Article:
Spousal Maintenance & AlimonyIt’s all about income.

There is no formula for determination of Minnesota spousal maintenance.  Therefore, it can be hard to determine just exactly what a spousal maintenance award should be.  In my opinion, this creates confusion and only invites a chance for people and lawyers to argue about money.  Ultimately, it is left to a judges’ discretion to determine a “just” spousal maintenance award.

Calculating Minnesota Spousal Maintenance

In Minnesota, any form of income can be used to calculate spousal maintenance.

This includes any income received from employers, pursuant to an independent contract for employment, dividents, interest, rents, royalties, pensions, annuities, workers’ compensation, unemployment compensation, disability payments, military payments, etc.  As you can see, the courts are going to very closely at any kind of income.

Pension income is not income that will be considered in a spousal maintenance award unless the person who is to receive the pension benefits.  Therefore, just because somone has a pension does not mean it will be used as “income” to calculate spousal maintenance.  Instead, the only time the pension could be used is if the person has the actual right to receive the pension money right now and not some time in the future.

Spousal maintenance can be awarded from future income or earnings of one spouse for the support and maintenance of the other.  Pension benefits which accrued prior to the marriage are not a payment from future income and cannot be used for determing an person’s income.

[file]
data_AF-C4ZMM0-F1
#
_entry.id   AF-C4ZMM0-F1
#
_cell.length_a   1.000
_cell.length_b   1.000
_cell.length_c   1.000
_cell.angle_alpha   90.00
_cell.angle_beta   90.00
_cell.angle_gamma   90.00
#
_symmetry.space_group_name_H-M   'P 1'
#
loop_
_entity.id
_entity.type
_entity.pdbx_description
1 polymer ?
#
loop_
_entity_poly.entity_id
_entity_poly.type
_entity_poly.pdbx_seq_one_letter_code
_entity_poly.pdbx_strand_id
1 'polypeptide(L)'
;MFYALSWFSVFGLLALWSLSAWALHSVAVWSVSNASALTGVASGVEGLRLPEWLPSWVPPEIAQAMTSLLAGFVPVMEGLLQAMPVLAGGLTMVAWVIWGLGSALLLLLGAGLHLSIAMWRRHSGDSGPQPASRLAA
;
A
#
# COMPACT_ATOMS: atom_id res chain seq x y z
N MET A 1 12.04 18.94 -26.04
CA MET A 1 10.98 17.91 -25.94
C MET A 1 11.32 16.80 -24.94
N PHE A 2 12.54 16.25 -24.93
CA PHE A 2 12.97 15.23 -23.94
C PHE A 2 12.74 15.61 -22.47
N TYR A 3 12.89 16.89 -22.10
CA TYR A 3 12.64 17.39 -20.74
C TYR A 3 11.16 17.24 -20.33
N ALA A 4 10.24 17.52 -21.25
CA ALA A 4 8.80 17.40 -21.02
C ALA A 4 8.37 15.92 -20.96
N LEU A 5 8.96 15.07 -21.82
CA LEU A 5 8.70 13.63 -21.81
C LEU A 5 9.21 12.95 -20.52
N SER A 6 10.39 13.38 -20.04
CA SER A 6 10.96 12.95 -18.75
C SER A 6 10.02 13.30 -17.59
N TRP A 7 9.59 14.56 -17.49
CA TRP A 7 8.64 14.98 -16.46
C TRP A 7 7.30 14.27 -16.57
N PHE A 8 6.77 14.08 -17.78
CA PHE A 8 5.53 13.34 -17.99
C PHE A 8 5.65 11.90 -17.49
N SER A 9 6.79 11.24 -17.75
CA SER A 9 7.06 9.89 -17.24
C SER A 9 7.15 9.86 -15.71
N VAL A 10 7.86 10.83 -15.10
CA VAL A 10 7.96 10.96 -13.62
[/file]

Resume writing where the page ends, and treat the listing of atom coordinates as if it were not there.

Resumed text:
Additionally, earning capacity can be considered in a Minnesota spousal maintenance award.  Therefore, if a person could earn more money but they are not currently doing so, the court can still use the money that the person could have earned in determining income for purposes of a spousal maintenance award.

When reviewing the income of self-employed people, lawyers need to consider a deduction from the gross income of the self-employed individual for those incurred to produce an income.  Much like filing taxes, you are only taxed on the profit of the business (for the most part) and not losses.  Therefore, when calculating spousal maintenance in Minnesota, the court should use only the actual gross income and not the revenue from the business earnings.

Don’t like the spousal maintenance order?

In Minnesota, the standard of review for decisions made by a district court in regard to a spousal maintenance award is the “clearly erroneous” standard.

According to the United States Supreme Court, the “clearly erroneous” standard is defined as being:

. . . significantly deferential, requiring a ‘definite and firm conviction that a mistake has been committed.’

Concrete v. Const. Laborers, 113 S.Ct. 2264, 80 (1993).

Therefore, if you are not satisfied with a spousal maintenance decision by a judge, you will have to prove to a court of appeals that they should not give significant deference to the district court because a clear mistake has been committed.

What does that mean in lawyman’s terms?

Basically, it is difficult to prove that a district court judge’s opinion was wrong as it relates to spousal maintenance.  The district court is given great deference and you need to be aware of that.  Therefore, it is of the utmost importance that you have a good lawyer arguing on your behalf when the initial spousal maintenance determination is made.


-This post was written by Joseph M. Flanders, and lawyer in Apple Valley MN.  He can be reached at 612-424-0398.